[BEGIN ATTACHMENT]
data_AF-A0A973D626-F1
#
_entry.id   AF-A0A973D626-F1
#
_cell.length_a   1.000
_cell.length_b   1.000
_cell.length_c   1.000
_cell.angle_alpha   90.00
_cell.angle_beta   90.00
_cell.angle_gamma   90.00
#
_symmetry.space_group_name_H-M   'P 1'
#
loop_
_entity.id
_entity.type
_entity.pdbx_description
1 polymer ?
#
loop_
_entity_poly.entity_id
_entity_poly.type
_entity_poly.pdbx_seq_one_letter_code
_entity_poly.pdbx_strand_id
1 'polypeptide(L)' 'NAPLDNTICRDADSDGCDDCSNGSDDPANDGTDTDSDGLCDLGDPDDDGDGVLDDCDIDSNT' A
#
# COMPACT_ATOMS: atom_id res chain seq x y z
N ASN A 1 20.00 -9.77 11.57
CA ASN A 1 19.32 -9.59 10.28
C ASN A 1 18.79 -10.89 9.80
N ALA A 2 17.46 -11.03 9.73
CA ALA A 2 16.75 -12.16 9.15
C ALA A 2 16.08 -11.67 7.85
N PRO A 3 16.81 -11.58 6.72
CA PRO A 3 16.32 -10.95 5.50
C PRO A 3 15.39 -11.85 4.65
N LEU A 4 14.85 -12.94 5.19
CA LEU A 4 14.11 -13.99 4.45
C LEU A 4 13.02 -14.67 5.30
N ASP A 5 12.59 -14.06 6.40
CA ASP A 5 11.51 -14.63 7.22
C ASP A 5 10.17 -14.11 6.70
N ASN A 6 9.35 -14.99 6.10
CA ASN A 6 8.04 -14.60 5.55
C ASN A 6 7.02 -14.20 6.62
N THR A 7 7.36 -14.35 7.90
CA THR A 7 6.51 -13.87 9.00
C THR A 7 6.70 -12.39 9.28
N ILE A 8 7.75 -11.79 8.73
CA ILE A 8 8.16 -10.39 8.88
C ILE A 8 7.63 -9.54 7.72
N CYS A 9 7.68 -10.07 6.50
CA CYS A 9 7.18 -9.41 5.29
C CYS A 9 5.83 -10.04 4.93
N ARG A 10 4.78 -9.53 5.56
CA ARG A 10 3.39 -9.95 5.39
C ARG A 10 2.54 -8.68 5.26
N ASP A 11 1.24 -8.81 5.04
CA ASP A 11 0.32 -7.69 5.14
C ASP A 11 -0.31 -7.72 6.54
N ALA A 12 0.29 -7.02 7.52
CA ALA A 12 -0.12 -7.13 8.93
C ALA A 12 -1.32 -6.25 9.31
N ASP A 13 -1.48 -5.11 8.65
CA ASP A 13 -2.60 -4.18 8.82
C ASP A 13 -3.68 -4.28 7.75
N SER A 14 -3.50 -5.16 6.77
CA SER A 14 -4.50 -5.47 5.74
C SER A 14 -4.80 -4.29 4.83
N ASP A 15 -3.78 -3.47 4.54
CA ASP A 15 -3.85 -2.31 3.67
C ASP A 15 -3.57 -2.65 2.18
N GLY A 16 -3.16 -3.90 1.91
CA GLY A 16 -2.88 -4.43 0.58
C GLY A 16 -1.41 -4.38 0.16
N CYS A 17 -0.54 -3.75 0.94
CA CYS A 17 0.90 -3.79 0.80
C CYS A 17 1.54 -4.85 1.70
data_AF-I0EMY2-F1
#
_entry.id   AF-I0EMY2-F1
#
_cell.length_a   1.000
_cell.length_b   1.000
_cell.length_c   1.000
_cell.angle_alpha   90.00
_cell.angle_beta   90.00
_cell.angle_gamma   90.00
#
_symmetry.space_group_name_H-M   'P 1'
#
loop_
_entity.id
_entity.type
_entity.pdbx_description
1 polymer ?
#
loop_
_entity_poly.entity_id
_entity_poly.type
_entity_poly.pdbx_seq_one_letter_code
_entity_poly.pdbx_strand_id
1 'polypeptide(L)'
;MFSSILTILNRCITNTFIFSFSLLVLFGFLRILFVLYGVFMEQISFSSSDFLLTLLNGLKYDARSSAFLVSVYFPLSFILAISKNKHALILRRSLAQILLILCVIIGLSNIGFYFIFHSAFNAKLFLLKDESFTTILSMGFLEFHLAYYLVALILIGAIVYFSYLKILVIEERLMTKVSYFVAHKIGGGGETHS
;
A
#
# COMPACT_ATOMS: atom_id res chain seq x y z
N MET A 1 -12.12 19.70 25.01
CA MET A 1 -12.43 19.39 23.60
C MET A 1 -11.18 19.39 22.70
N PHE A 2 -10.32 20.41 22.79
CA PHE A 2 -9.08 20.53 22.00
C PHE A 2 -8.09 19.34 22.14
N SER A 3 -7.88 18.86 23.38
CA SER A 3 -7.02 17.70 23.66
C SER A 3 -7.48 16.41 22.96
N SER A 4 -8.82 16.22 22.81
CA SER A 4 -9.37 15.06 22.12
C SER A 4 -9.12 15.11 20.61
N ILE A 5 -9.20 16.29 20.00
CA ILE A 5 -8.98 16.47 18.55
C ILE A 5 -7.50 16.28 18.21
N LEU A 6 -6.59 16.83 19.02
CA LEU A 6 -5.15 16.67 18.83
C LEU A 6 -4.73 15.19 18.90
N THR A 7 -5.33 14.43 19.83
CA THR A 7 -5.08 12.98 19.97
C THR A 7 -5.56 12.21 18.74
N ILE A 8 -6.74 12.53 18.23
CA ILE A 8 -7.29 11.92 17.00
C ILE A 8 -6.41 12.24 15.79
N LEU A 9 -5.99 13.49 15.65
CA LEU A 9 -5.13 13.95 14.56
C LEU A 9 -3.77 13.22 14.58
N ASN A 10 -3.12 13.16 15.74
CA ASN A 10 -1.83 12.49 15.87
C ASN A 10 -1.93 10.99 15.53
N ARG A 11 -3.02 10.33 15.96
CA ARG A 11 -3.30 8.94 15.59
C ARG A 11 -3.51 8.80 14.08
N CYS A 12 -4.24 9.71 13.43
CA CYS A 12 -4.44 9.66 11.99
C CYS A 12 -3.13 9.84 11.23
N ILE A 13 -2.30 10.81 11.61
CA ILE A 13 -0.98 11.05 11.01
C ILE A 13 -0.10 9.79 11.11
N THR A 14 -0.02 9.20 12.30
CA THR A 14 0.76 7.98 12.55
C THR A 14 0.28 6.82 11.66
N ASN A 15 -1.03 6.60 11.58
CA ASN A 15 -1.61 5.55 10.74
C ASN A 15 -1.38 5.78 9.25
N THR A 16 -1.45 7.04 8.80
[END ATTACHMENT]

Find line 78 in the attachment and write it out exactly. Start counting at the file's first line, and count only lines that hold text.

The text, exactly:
C CYS A 17 1.54 -4.85 1.70